WRIT 101 is a multi-section, three-credit course with an enrollment cap of 25. Classes consist largely of first and second-year students. The course fulfills the written communication requirement of the current core and is taught by adjunct instructors, teaching assistants, and tenure-track faculty.
The departmental course design focuses on expository (vs. creative or personal) writing, requires at least four graded paper assignments per term, and calls for sections to be organized around topics/themes of the instructor's choosing. With some variation, typical sections of 101 incorporate a wide range of learning components in support of major paper assignments: reading of essays, study of writing instruction texts, short compositions in response to reading, in-class writing, small group workshops, peer review of writing, draft conferences, and class discussion.
Student Learning Outcomes
It is intended that students who complete WRIT 101 will have been significantly aided in their ability to:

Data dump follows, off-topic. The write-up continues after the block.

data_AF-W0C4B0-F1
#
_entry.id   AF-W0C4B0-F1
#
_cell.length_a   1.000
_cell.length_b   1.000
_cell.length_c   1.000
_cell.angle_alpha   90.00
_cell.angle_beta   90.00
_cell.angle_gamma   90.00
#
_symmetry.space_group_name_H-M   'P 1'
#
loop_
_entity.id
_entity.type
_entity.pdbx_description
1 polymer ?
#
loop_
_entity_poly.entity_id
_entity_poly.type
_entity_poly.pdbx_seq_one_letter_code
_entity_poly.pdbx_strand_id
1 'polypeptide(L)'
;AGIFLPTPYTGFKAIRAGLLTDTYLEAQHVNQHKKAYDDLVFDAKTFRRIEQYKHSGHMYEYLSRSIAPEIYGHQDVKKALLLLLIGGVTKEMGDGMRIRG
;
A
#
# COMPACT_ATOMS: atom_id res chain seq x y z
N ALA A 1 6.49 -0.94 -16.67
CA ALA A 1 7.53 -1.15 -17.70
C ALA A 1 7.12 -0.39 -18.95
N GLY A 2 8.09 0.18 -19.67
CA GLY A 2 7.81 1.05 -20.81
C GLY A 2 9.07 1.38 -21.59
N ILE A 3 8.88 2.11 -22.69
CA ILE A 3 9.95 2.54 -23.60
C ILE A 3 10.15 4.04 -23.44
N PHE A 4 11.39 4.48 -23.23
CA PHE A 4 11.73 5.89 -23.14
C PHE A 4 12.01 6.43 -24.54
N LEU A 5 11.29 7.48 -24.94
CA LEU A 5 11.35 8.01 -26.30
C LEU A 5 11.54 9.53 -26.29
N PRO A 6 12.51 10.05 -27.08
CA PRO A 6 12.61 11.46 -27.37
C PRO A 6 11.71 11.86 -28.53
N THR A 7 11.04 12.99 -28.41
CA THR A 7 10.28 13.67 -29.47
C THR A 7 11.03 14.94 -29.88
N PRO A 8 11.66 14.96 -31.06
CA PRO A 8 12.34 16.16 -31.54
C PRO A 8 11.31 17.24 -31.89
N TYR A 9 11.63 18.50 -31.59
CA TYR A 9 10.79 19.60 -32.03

- Use writing as a means to engage in critical inquiry through exploring ideas and challenging assumptions.
- Read texts thoughtfully, analytically, and critically in preparation for writing tasks.
- Compare and contrast the alternative perspectives of multiple texts and take a position in writing in response to them.
- Reflect on and strategically apply the individual writing process.
- Make meaningful use of source material, citing texts in ways that enhance writing content.
- Develop competence in the use of conventional structures and forms of expository discourse, including sentence mechanics, organization, and argument structure.
- Critique and receive feedback on writing and practice revision from the word- and sentence-level to that of overall reorganization and rewriting.
- Apply principles of expository composition to a variety of academic writing tasks, including writing in other courses.
- Accommodate the interests of readers through careful consideration of content and style.
- Collaborate with others in the writing process through discussion and feedback.